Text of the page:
A Swiss company will manufacture and market novel robot "swarm" system for use in education and research.
The Wyss Institute for Biologically Inspired Engineering at Harvard University announced today that it has signed an agreement to license its Kilobot robotic technology to K-Team Corporation, a Swiss manufacturer of high-quality mobile robots for use in advanced education and research. K-Team robotics solutions are used in more than 600 universities and industrial research centers internationally.
The Institute's Kilobot is a low-cost, easy-to-use robotic system for advancing development of "swarms" of robots that can be programmed to perform useful functions by coordinating interactions among the many individual devices. These swarms are inspired by the behavior of social insects, such as ant colonies, that can efficiently search for and find food sources in large complex environments, collectively transport large objects, and coordinate the building of nests and bridges in such environments.
Following this inspiration from nature, robot swarms might one day tunnel through rubble to find survivors, monitor the environment and remove contaminants, and self-assemble to form support structures in collapsed buildings. The Kilobot is designed to provide scientists with a physical test platform for advancing the understanding of collective behavior and realizing its potential to deliver solutions for a wide range of challenges.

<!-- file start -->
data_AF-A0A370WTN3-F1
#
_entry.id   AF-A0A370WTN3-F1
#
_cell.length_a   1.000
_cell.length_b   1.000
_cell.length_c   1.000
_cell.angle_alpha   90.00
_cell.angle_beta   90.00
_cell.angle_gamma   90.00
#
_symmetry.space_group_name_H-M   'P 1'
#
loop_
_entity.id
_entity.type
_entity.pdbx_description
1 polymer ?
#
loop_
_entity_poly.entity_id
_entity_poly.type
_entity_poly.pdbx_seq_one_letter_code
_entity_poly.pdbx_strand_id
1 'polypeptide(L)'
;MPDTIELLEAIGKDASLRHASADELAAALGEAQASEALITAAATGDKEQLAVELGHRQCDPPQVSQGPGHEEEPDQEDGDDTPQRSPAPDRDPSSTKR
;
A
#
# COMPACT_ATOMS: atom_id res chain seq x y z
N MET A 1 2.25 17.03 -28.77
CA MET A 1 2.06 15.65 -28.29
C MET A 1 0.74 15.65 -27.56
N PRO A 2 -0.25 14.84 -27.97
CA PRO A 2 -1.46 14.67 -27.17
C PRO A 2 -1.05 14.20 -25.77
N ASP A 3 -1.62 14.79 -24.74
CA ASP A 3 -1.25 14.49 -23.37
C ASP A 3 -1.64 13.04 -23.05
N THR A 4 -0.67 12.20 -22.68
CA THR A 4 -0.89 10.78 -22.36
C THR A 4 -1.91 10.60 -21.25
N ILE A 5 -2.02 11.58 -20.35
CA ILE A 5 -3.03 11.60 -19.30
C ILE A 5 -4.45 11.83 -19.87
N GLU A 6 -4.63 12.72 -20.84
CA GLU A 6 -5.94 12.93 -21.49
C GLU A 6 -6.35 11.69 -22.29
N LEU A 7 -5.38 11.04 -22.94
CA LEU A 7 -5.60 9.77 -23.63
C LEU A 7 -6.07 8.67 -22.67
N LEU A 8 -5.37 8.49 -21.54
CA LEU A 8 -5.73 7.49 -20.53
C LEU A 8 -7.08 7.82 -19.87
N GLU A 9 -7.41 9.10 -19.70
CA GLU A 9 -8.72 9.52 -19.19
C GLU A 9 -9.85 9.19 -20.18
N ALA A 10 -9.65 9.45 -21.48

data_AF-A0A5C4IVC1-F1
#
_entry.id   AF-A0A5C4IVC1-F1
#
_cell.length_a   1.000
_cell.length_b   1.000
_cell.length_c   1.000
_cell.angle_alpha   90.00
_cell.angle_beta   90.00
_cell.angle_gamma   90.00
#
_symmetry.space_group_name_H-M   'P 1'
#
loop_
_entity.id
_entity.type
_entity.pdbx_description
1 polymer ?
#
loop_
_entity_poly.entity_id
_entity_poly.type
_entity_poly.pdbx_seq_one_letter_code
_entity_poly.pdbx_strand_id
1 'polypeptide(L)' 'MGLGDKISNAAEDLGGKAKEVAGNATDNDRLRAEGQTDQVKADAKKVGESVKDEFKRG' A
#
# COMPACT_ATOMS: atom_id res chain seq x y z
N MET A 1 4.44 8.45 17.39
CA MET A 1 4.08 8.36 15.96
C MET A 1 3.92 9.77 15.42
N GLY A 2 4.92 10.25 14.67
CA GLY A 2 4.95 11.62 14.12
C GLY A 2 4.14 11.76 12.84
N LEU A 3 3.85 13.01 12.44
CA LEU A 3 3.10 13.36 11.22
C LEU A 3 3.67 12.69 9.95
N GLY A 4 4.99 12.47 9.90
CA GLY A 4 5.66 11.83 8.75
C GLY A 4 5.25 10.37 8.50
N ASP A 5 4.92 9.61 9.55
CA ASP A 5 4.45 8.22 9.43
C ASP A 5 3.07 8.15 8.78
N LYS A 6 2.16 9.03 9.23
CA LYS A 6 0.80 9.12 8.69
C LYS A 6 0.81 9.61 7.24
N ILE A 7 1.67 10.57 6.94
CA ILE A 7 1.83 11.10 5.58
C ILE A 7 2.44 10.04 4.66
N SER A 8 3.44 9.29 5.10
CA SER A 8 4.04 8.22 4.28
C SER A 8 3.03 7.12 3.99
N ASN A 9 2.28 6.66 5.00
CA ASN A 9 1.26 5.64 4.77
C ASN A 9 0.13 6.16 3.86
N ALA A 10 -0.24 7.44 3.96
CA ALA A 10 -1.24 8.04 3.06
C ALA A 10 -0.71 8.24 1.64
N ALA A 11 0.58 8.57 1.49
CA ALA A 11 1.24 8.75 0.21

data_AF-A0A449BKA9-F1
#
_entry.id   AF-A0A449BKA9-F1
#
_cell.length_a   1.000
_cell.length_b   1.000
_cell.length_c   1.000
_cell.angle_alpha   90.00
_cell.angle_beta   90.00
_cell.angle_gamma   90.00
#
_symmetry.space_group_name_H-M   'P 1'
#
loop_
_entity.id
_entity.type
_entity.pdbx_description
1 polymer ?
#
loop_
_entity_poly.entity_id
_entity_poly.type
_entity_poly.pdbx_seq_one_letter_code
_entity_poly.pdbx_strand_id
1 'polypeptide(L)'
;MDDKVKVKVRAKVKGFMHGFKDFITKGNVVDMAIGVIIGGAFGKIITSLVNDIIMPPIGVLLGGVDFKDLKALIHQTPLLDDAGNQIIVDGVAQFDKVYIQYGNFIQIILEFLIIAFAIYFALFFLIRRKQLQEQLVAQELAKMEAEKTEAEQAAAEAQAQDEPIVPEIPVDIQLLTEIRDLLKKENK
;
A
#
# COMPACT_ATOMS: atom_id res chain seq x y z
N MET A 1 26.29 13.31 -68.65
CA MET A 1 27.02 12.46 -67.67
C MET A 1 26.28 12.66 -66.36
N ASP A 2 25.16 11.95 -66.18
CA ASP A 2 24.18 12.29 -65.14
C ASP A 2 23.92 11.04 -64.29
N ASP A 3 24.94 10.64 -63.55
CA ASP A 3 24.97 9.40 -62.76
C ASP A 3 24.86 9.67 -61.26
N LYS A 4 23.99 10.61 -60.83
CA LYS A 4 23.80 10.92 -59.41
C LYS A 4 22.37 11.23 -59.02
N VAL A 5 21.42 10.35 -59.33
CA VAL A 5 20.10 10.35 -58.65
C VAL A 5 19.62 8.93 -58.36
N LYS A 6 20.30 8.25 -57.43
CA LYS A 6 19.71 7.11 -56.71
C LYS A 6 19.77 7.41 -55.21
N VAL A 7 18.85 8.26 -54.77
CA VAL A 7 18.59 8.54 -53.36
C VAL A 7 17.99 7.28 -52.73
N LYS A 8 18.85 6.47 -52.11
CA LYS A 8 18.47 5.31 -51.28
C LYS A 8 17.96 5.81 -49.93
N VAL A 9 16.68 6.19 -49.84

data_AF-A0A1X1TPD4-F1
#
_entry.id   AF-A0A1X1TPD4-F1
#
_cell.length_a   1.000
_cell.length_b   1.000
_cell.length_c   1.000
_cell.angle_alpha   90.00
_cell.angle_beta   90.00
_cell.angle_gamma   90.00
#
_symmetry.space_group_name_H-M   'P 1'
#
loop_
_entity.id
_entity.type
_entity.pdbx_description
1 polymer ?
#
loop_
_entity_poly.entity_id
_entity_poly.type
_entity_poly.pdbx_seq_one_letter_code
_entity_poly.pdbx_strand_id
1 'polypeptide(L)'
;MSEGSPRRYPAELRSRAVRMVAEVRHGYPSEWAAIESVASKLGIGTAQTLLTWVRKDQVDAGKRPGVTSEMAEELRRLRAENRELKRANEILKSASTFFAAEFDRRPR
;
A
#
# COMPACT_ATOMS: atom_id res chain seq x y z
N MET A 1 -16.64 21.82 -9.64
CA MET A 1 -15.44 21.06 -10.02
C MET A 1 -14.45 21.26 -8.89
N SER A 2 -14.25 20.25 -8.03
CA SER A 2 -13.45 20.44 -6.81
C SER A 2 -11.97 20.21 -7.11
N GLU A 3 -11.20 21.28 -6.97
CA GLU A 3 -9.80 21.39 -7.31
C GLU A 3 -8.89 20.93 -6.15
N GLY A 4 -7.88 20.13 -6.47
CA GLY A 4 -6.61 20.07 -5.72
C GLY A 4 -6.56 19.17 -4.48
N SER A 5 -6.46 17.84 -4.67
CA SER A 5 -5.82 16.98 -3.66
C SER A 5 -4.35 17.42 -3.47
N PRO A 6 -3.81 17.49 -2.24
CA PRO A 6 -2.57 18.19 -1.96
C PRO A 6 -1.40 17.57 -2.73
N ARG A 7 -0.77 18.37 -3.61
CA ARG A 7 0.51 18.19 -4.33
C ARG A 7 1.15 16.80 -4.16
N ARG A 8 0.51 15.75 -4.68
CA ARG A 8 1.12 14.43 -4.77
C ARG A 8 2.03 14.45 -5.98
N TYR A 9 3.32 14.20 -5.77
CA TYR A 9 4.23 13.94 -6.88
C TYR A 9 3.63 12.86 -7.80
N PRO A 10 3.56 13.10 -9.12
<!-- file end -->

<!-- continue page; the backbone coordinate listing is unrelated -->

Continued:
One key to achieving future high-value applications for multi-robot systems is the development of sophisticated algorithms that can coordinate the actions of tens to thousands of robots. However, for reasons of time, cost, and simplicity, the algorithms being developed today in research labs are only validated in computer simulation or by using a few dozen robots at most.
The Kilobot system includes robots about the size of a quarter, a controller to program and manage all the robots at once, and software. The design allows a single user to easily oversee the operation of a large Kilobot collective, including programming, powering on, and charging all robots, all of which would be difficult, if not impossible, using existing robotic systems.
Its design simplicity and low cost will allow educators and researchers to test their algorithms on collectives with thousands of robots and study these multi-robot systems in a physically grounded setting. The Kilobot system is particularly attractive for STEM (Science, Technology, Engineering, and Mathematics) education for high-school students and undergraduates.
The Kilobot system was designed by members of the Self- Organizing Systems Research Group of the Harvard School of Engineering and Applied Sciences (SEAS) and of the Wyss Institute, including : Michael Rubenstein, a postdoctoral fellow; Christian Ahler, a staff engineer; and Radhika Nagpal, associate professor at SEAS, Wyss Institute core faculty member and co-leader of its Bioinspired Robotics Platform. Funding was provided by the National Science Foundation and the Wyss Institute.
The Kilobot system is part of a larger effort by the Wyss Institute's Bioinspired Robotics Platform to design robots inspired by insects--such as mound-building termites and honeybees. These next-generation robot swarms could be deployed in applications ranging from autonomous construction in dangerous environments and assisting commercial pollination of crops, to search and rescue operations.
SOURCE: Harvard University